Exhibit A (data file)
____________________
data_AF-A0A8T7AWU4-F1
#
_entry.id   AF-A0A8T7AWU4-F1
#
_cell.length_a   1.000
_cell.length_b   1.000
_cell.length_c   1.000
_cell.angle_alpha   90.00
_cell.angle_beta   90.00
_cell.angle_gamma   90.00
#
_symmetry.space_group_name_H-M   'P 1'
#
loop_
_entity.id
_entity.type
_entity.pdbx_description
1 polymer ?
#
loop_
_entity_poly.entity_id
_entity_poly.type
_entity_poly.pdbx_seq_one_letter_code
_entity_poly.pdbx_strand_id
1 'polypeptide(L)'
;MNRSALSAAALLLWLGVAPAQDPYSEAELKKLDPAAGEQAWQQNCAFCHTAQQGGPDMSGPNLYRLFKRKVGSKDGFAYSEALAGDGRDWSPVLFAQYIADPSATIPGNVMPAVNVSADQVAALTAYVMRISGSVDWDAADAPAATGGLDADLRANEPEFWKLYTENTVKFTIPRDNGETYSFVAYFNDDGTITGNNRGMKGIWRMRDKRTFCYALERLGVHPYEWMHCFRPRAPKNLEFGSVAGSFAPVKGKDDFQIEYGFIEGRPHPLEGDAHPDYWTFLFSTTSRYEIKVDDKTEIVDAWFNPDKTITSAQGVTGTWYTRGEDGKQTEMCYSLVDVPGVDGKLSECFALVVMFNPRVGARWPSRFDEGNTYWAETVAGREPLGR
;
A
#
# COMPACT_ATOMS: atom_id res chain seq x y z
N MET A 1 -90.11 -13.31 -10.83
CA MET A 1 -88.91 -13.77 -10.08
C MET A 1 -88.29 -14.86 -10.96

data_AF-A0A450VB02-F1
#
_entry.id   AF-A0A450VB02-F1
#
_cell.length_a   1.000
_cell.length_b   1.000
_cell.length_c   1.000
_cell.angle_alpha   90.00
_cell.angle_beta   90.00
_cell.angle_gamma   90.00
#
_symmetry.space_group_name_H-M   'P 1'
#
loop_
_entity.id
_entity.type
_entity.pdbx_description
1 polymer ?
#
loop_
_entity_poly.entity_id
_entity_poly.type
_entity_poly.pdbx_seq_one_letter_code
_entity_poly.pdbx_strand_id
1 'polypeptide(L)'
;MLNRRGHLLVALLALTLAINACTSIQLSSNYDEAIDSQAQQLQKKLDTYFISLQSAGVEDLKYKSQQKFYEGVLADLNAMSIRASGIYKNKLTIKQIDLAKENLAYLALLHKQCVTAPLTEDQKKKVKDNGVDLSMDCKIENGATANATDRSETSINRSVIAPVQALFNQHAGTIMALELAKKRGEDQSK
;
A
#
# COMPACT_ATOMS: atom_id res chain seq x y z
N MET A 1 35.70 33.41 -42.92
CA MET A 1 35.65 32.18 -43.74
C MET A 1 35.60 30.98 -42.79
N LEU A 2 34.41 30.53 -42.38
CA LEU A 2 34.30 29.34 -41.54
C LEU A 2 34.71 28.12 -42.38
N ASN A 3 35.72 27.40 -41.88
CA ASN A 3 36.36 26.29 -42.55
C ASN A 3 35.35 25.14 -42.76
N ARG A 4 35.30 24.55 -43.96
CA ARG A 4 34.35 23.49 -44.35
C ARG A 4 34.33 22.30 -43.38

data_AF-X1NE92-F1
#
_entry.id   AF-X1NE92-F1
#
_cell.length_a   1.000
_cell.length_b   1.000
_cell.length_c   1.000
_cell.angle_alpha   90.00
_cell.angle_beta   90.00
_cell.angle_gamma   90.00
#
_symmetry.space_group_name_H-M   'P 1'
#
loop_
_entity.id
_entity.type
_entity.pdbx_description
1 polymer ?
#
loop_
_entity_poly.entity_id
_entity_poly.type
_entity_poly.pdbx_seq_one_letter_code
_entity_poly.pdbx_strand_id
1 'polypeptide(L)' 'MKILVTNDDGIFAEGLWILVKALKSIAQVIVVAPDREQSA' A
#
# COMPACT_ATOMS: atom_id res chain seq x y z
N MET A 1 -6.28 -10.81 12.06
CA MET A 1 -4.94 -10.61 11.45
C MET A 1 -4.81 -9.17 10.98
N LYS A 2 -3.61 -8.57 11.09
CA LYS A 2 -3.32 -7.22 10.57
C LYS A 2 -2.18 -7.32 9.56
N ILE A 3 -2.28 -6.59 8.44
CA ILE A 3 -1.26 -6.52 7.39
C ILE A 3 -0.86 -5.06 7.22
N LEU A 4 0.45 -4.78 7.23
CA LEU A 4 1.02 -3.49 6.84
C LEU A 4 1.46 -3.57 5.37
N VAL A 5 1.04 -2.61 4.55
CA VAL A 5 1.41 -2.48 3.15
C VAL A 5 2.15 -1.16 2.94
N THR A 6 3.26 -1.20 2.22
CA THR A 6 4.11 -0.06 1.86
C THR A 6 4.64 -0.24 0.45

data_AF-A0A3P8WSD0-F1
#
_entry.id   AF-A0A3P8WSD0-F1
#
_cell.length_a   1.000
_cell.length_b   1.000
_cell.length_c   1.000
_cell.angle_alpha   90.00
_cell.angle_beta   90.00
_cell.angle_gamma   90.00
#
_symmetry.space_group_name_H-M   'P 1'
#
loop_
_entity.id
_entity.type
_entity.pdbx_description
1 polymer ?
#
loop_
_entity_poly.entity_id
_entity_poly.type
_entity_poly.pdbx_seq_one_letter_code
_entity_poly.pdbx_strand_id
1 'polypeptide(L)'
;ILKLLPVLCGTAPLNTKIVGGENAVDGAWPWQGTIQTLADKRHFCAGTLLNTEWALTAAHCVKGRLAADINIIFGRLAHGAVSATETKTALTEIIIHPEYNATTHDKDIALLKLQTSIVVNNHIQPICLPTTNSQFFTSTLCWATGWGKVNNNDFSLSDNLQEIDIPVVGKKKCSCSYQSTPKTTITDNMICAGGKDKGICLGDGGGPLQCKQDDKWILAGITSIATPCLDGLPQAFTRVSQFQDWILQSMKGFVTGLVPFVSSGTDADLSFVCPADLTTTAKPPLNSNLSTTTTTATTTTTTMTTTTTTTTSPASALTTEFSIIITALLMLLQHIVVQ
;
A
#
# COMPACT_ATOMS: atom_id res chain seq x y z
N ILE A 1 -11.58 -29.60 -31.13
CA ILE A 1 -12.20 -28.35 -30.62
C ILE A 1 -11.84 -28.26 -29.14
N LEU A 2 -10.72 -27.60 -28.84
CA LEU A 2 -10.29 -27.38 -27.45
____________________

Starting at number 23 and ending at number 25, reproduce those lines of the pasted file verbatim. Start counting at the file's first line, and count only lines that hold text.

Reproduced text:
_entity_poly.pdbx_seq_one_letter_code
_entity_poly.pdbx_strand_id
1 'polypeptide(L)'